Two months ago, I purchased a Dyson vacuum for my daughter for her 25th birthday. She was thrilled and posted about what great parents we were on Facebook, writing: “It’s a sign of adulting when you’re this excited about receiving an appliance as a birthday gift.” 

This made me think about when I began adulting.

I was 22 years old when I packed one oversized suitcase and a canvas briefcase, and moved across the country. After six years as a student—four in college and two in graduate school—I was completely burnt out from taking tests and writing papers. I wanted to do something with my life besides sit in the library. I wanted to be an adult.

On the advice of a trusted professor, I decided to take a job as a rabbinic intern, working at Stanford Hillel with a rabbi who, after a month of training me, left for a sabbatical year. This was a real-life test: Would serving in a rabbinic role remind me why I wanted to be a rabbi? I focused on my career path for a solid year to see where it would lead me. 

Unexpectedly, it led me back to rabbinical school with a renewed sense of purpose. 

Perhaps even more unexpected—because I was adamant about foregoing romantic relationships during that year—was that I returned to rabbinical school engaged to be married. 

Now, 30 years later, I find myself humming a tune from Avenue Q, as I celebrate my younger daughter’s 22nd birthday with her and watch my youngest complete his college applications. It’s not that I have regrets, or wish I’d taken a different path. I’m nostalgic for my youth, when so many adventures were still in my future, despite my believing these midlife years hold delightful surprises in store as my three children emerge as adults.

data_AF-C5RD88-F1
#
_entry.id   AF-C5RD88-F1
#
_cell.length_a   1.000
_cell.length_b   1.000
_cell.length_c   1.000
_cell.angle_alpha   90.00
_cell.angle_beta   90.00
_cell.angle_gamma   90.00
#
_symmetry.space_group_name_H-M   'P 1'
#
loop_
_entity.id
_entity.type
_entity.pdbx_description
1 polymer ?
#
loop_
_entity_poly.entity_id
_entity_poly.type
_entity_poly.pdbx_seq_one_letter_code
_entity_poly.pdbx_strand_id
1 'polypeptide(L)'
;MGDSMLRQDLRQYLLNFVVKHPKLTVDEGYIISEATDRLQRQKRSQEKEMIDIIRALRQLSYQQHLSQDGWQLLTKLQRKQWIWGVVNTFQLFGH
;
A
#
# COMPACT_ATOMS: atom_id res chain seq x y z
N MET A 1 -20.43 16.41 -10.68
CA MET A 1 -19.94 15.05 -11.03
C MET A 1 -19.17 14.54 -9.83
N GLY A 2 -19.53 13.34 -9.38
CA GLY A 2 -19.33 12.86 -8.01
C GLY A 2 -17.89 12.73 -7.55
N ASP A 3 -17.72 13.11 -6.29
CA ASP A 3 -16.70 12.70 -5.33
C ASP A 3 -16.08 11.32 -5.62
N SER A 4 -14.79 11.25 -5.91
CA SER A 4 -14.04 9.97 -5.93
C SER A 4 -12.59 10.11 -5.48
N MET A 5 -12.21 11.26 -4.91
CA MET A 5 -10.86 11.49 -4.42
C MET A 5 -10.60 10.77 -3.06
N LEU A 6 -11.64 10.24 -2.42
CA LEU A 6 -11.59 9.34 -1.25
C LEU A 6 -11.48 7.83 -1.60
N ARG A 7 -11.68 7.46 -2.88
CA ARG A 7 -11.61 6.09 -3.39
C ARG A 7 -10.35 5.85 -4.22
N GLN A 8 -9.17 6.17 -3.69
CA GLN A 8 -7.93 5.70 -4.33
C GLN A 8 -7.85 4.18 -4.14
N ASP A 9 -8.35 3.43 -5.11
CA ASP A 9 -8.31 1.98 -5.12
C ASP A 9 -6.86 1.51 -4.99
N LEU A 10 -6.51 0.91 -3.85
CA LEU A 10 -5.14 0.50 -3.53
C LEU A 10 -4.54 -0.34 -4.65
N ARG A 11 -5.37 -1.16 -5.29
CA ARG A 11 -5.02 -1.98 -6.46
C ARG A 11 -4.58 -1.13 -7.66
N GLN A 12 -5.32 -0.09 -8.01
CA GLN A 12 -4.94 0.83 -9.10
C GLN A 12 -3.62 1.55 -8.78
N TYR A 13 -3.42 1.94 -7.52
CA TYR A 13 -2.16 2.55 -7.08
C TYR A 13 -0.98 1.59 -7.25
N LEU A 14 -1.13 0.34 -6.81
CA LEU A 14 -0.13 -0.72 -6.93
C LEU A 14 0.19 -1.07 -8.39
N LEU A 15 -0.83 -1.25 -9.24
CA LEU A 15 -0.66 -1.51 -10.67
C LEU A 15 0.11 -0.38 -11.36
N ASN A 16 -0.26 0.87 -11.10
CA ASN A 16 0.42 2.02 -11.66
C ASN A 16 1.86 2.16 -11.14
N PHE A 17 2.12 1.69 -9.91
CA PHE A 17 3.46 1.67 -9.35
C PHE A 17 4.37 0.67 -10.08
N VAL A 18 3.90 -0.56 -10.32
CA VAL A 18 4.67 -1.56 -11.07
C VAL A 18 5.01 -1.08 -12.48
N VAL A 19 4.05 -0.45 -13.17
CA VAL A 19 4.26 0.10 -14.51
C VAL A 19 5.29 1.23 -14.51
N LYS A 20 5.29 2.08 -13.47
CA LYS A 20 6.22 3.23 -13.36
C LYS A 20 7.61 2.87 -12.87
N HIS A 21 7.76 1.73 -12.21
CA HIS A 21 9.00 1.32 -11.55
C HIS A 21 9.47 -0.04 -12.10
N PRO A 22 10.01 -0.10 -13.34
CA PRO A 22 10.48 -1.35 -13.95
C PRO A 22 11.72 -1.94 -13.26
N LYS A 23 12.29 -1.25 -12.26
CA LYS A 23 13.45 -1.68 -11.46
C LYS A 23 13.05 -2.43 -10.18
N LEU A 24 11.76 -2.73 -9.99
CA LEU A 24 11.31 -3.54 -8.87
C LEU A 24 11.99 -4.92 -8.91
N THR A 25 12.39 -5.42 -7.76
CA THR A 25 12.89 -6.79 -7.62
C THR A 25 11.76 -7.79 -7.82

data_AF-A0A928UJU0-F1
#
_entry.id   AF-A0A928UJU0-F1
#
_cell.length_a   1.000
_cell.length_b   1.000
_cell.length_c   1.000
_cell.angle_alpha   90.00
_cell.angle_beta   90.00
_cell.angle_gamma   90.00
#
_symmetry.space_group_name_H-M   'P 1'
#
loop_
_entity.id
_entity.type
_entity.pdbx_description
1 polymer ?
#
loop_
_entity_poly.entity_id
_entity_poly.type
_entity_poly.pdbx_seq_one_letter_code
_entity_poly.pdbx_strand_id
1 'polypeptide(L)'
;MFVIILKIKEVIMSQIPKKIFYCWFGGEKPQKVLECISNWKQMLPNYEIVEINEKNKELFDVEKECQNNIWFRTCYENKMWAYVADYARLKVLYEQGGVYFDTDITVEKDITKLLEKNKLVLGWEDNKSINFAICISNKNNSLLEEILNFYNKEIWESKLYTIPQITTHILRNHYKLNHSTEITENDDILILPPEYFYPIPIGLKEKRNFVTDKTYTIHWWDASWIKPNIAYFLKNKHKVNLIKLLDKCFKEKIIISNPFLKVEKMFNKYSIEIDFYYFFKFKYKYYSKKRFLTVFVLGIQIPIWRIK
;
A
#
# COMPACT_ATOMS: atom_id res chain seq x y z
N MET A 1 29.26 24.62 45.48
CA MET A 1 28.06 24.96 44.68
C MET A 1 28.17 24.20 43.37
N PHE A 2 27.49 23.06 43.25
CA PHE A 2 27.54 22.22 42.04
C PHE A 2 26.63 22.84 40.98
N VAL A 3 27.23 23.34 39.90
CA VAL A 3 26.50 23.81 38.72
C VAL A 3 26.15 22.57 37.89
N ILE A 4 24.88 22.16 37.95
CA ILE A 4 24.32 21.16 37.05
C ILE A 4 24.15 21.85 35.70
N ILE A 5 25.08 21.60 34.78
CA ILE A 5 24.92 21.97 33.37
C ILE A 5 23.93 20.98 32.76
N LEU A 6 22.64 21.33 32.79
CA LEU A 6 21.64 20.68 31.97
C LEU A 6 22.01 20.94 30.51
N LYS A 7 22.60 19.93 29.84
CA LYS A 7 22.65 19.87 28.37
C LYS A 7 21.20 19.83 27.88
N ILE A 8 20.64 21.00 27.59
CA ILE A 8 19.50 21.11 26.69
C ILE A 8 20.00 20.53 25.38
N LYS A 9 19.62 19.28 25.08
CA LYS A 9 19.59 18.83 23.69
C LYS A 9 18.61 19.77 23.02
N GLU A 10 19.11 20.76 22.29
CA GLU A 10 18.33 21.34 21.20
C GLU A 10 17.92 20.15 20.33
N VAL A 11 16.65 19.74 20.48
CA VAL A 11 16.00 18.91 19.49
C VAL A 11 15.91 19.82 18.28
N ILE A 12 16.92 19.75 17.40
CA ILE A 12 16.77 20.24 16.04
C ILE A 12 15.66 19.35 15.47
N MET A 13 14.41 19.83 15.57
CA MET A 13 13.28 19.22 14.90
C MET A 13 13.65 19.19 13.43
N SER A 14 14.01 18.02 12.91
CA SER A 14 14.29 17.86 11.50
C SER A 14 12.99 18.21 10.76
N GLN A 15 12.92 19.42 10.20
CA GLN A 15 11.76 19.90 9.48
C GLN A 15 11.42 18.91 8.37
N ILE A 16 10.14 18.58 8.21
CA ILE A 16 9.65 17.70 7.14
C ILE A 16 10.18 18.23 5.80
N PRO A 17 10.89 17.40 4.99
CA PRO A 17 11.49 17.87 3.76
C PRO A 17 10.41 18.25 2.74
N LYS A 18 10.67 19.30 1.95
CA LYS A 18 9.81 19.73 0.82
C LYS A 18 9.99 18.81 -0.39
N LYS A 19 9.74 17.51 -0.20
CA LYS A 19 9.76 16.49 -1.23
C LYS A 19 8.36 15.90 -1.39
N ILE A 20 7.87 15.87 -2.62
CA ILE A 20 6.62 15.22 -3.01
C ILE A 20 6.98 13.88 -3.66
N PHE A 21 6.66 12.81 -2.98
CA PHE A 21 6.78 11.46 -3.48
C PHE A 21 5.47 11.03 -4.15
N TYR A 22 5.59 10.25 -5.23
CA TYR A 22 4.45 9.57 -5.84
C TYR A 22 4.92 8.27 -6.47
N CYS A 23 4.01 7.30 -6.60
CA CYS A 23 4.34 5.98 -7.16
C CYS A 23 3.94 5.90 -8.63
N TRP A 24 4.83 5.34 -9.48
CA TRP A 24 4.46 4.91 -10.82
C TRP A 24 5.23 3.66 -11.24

When I began adulting, I wasn’t certain I wanted to have children. I didn’t think balancing professional life and parenthood was practical, and I didn’t know if I would find being a mother as fulfilling as serving the Jewish community was for me. Now I can’t imagine not experiencing the joy of buying my eldest a decent vacuum, the delight of dog-sitting for my granddog while my middle one visits her best friend during a college break, the hilarity of listening to my teenage son explain “Okay, Boomer” or some slang reference he doesn’t want me to look up in the Urban Dictionary.

As our family sits down to Thanksgiving dinner and shares what we are grateful for this year, I’ll express my gratitude at learning a word that perfectly captures what we’re all doing. And I’ll rejoice in the many blessings of adulting. 

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